Click on your state or country below to find pick-your-own farms in your area!

    (Other countries are further down this page)

    PYO Farms Outside the U.S.

    Crop Availability Calendars / Harvest Dates

    Want to find out when your favorite crop will be ready to harvest in your local area? Just go to this page and click on your state, to see the crop calendar for your area!

    Miscellaneous Fun and Resources

    Our listings come from a variety of sources: consumers writing in to recommend a farm, the farmer’s themselves and state agriculture departments. We update and add listings every day. Of course, we re always looking for more to add, so we welcome your recommendations! Customers can recommend a farm here and farmers can add (or update/correct) their own farm’s listing by clicking here! And journalists looking for information for a story about pick-your-own farms or home canning should see this media resources page for more information.

    Updates by Email, RSS or Text on Twitter

    I also post crop updates, trends, tips and commentary via Twitter . Just go to http://twitter.com/home and if you haven t got an account, sign up (they re free), then search for Blakepyo. I tend to send out only one or two per week, so it shouldn t be too much!

    You can sign up for our RSS feed here! Start your own business

    Picking Tips

    [General picking tips and a guide to each fruit and vegetable] [How much do I need to pick? (Yields – how much raw makes how much cooked or frozen)] [Selecting the right varieties to pick] [All about apple varieties – which to pick and why!] [Picking tips for Vegetables] [ Strawberry picking tips] [ Blueberries picking tips] Start your own business

    Start your own business



    Business Valuation Issues in Divorce

    February 2014 Business valuations Business valuations

    Divorce is a difficult process that becomes further complicated when a closely held business is involved. In such cases, a business valuation is typically required to determine the equitable distribution of marital assets. Often, the divorcing couple will disagree over the value of the company, requiring a business appraiser to provide his or her expert opinion to help the court come to a conclusion of value.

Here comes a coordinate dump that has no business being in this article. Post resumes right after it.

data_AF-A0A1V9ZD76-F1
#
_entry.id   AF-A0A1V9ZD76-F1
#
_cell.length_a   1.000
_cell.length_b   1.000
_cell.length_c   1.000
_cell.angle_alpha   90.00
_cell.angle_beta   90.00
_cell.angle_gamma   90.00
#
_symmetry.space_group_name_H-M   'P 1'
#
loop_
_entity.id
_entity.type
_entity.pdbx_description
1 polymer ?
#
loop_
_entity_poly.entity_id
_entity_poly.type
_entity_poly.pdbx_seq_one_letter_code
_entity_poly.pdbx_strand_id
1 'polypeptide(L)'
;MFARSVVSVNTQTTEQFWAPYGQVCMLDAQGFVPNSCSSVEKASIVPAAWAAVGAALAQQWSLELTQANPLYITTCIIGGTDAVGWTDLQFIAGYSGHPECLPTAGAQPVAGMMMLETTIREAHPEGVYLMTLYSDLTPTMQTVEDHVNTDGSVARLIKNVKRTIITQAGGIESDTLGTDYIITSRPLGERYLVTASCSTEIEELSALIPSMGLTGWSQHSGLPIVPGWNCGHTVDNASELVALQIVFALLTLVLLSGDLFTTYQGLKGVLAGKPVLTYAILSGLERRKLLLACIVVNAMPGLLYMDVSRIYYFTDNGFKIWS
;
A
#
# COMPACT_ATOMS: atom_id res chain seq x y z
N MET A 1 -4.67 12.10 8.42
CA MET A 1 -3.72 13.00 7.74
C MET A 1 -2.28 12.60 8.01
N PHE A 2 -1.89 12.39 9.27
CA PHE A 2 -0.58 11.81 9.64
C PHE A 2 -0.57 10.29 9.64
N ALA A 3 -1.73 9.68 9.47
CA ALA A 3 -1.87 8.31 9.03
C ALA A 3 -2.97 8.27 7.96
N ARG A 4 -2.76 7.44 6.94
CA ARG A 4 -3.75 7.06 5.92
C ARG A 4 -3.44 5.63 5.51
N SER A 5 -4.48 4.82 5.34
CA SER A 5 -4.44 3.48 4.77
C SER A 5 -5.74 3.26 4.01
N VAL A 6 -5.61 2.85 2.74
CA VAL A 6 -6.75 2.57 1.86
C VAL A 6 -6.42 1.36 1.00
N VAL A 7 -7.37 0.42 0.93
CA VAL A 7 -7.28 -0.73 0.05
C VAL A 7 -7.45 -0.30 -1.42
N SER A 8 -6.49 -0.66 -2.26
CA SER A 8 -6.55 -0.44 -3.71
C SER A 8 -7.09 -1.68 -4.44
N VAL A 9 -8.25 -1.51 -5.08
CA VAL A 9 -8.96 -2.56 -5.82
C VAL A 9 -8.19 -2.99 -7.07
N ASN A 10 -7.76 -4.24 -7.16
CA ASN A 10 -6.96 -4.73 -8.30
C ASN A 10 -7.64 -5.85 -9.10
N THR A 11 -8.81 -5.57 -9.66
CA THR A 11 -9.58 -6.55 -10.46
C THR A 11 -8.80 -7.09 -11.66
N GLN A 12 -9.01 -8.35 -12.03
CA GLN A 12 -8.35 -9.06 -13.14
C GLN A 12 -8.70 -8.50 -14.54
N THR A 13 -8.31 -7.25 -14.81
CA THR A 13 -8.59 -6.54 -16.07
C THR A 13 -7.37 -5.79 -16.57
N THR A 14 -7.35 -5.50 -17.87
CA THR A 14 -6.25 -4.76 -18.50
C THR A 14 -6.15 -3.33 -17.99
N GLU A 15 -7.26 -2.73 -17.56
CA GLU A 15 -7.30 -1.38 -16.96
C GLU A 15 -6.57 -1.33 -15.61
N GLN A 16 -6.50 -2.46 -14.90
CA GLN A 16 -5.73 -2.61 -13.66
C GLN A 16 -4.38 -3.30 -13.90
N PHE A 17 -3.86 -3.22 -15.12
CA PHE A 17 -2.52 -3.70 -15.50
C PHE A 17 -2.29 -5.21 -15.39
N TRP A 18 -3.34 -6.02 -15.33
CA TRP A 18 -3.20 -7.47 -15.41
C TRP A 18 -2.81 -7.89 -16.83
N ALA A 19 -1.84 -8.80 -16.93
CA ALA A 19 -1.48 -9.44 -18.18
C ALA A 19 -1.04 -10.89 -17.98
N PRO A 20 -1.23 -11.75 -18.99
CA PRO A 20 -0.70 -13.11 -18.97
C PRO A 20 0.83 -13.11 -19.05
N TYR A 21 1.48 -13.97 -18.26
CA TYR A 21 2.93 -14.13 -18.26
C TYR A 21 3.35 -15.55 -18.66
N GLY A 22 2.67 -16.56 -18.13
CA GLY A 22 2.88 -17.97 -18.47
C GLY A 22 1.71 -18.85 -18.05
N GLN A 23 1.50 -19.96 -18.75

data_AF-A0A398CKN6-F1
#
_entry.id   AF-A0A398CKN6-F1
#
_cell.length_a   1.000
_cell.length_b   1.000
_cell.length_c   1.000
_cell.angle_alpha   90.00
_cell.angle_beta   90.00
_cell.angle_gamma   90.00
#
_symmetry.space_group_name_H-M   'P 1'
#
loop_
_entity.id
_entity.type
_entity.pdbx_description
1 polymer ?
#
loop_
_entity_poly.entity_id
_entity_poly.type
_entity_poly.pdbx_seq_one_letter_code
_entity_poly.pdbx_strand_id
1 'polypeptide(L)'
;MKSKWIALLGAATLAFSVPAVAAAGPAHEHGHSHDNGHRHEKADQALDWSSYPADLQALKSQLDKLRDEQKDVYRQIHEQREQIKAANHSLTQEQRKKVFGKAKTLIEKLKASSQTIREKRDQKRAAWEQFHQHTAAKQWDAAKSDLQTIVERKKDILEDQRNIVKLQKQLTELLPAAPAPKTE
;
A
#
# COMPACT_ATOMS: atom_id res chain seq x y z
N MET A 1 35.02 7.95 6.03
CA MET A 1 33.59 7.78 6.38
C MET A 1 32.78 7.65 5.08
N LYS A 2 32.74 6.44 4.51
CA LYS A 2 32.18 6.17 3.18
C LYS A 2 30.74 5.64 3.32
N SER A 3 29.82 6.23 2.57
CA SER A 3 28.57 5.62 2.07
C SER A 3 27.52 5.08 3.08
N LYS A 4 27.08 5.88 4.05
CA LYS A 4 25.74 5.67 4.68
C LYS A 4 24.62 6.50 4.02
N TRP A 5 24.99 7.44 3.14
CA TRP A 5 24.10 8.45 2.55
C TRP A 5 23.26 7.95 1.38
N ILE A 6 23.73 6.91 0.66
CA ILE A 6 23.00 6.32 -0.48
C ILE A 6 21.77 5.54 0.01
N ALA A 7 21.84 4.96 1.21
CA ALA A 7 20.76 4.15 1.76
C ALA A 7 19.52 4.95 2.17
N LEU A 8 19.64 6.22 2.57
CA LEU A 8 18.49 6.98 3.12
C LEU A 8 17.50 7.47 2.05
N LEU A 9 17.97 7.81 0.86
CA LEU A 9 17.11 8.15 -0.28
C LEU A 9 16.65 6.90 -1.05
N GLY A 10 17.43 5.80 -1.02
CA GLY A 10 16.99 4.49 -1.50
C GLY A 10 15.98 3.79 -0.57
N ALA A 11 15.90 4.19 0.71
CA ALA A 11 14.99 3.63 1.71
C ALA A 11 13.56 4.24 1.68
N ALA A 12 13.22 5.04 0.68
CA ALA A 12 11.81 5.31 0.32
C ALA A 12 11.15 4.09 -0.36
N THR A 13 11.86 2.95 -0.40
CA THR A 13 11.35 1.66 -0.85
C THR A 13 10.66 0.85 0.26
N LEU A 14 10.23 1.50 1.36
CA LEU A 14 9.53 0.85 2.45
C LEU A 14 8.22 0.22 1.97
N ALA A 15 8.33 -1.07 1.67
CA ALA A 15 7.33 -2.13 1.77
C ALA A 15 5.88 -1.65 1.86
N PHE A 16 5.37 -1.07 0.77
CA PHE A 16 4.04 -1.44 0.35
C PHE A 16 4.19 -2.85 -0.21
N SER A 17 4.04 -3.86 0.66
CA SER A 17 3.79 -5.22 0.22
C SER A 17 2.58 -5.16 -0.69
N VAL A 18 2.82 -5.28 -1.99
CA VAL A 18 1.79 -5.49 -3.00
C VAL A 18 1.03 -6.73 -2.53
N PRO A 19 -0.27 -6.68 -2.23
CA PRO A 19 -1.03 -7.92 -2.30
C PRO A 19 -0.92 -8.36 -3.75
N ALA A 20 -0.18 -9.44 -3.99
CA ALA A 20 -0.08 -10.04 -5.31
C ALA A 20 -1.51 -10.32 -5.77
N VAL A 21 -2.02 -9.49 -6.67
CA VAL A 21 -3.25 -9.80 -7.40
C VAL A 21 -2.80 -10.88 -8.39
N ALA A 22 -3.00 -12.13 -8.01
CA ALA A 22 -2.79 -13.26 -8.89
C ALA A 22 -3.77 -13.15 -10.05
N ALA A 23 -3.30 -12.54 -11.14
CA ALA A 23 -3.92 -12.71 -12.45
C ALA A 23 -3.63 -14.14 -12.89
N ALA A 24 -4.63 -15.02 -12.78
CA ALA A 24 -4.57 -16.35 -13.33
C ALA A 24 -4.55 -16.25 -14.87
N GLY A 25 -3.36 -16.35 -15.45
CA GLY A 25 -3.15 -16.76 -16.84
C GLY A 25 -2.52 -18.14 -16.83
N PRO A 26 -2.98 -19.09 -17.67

Knowing what to expect in the divorce process can help business owners and their spouses reach amicable agreements and reduce the cost, time, and stress involved in divorce proceedings. In the article below, we discuss some issues to consider when disputing the value of closely held business interests in divorce cases.

    Standard of Value in Divorce Cases

    Business valuation professionals must define a standard of value before proceeding with an appraisal. A standard of value is a set of hypothetical conditions under which the business will be valued. In business valuations for divorce cases, there are two generally accepted standards: fair market value and fair value.

    Fair market value is “the price at which the property would change hands between a willing buyer and a willing seller when the former is not under any compulsion to buy and the latter is not under any compulsion to sell, and both parties [have] reasonable knowledge of the relevant facts.” 1 Under fair market value, many appraisers apply discounts, such as the discount for lack of control (DLOC) and discount for lack of marketability (DLOM) , to obtain the value of minority interests.

    The full meaning of fair value depends on the context of its use. While it is similar to fair market value in some ways, it typically does not involve the application of minority discounts. Fair value is dictated by the court with jurisdiction over the case.

    The two standards mentioned above can result in significantly different value estimates. In marital disputes, business appraisers must select the correct standard of value or their expert opinions may be dismissed by the court. Ultimately, the correct standard to apply in divorce cases varies from state to state.

    Jurisdiction

    Attorneys and valuation experts must refer to a particular jurisdiction’s statutes and case law to determine the applicable standard of value in divorce cases. Some jurisdictions use fair market value, while others reference the terms “fair value,” or just “value” in divorce statutes. However, many states do not provide any further definition of these terms.

    Attorneys and experts must refer to case law for guidance on the characteristics that comprise a particular standard of value. In reviewing past cases in a jurisdiction, an expert may discover that certain procedures, such as applying minority discounts, or determinations that comprise a particular standard of value are disallowed in martial disputes in that particular jurisdiction.

    Double Dipping

    When one spouse in a divorcing couple owns a business, the issue of “double dipping” often arises. Double dipping refers to the idea that a spouse may be awarded twice on income generated by the business once in the equitable distribution of assets and again when calculating income available for support. The basis of the argument against double dipping partially lies in how a business is valued.